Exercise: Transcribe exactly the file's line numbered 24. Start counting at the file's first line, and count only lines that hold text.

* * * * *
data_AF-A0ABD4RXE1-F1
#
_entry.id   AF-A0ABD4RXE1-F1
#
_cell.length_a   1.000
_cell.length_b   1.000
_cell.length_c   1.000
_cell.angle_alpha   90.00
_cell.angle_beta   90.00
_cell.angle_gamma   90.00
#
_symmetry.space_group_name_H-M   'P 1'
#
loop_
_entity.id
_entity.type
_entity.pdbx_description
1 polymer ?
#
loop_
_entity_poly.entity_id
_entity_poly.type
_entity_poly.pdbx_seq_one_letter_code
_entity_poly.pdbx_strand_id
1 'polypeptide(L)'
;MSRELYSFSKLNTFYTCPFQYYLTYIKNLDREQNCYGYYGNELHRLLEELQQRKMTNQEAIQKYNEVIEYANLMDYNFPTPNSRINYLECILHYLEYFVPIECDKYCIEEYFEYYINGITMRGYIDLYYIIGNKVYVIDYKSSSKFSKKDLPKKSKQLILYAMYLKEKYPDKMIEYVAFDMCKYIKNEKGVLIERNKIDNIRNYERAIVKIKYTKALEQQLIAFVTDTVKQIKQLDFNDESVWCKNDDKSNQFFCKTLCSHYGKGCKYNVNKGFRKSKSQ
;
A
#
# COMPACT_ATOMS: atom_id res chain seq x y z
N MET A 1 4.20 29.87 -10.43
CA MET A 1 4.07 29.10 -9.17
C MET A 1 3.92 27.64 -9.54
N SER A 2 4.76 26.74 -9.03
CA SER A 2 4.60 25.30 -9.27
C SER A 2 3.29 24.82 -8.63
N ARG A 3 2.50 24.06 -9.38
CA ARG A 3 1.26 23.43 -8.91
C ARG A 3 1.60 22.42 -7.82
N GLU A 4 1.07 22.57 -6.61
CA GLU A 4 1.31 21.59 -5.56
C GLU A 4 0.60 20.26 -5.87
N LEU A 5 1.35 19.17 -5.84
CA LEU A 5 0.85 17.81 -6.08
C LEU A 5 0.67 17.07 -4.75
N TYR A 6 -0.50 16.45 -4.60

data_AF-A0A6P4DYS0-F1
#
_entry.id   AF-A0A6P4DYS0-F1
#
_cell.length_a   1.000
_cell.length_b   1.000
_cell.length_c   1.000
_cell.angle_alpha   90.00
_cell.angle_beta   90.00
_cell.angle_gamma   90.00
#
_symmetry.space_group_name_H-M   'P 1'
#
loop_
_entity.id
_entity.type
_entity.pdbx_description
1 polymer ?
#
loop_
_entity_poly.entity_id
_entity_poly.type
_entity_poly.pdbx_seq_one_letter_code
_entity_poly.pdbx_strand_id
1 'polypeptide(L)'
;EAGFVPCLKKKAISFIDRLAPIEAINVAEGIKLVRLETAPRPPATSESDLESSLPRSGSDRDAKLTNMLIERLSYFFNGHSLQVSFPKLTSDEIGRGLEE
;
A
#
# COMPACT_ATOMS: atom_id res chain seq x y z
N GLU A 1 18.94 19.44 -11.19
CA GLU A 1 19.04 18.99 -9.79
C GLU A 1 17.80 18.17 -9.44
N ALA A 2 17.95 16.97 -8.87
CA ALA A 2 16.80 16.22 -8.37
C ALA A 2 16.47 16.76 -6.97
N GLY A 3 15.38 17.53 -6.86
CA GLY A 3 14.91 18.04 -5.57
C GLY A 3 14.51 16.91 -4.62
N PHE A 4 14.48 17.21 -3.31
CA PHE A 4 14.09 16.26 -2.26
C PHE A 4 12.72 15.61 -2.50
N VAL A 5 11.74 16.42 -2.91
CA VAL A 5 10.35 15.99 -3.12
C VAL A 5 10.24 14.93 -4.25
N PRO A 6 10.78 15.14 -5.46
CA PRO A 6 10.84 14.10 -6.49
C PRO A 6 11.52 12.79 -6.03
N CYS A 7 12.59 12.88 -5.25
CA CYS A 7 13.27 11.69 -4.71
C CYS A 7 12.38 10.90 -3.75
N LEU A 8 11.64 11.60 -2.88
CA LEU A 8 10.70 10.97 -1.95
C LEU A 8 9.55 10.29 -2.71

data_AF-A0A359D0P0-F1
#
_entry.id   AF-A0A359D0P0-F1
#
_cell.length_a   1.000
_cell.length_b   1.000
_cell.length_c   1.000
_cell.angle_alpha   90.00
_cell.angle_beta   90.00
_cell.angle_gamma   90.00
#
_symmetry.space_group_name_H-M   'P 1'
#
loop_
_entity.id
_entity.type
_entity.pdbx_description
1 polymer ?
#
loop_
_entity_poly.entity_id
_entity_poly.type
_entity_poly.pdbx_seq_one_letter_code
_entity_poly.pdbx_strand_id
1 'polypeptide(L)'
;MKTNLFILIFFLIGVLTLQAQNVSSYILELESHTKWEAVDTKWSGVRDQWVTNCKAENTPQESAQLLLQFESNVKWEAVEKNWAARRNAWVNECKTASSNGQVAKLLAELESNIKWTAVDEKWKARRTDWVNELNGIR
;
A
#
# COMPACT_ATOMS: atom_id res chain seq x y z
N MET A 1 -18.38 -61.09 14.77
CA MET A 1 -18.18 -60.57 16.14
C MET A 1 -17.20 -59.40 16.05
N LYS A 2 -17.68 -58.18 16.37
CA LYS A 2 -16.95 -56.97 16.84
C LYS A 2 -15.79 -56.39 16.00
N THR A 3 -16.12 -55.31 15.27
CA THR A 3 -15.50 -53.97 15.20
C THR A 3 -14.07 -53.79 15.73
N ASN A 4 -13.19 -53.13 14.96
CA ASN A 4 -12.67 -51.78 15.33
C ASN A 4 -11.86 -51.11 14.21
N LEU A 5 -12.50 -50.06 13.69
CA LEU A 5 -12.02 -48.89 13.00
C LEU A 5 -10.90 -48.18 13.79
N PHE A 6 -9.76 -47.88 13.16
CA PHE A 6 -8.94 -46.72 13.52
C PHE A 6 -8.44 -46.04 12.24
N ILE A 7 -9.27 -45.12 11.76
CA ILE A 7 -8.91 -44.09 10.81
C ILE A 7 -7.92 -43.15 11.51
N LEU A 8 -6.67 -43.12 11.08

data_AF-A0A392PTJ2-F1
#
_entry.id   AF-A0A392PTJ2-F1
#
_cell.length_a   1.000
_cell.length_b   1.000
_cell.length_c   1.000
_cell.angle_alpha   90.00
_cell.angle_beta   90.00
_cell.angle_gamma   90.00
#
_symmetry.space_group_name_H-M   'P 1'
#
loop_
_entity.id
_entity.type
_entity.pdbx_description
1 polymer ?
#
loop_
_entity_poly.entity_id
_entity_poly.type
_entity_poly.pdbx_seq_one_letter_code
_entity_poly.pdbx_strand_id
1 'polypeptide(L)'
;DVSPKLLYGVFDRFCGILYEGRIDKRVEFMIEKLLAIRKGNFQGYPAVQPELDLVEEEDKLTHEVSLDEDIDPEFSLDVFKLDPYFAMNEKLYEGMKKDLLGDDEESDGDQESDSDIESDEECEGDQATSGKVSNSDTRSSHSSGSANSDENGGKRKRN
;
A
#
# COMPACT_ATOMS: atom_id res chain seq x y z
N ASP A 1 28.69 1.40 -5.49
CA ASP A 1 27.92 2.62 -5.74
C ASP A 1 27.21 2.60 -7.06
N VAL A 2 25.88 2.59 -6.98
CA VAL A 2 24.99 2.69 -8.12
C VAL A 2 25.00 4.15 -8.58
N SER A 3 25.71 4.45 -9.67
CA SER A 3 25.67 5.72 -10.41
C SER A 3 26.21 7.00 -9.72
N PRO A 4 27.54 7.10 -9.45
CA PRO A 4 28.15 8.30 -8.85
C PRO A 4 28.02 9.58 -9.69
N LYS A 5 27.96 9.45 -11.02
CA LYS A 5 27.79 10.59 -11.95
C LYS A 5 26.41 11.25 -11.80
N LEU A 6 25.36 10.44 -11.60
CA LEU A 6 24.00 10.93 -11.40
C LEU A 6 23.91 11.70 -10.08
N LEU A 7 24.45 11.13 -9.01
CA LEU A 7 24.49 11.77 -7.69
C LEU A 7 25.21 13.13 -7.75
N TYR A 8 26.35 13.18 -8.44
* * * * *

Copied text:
_entity_poly.pdbx_strand_id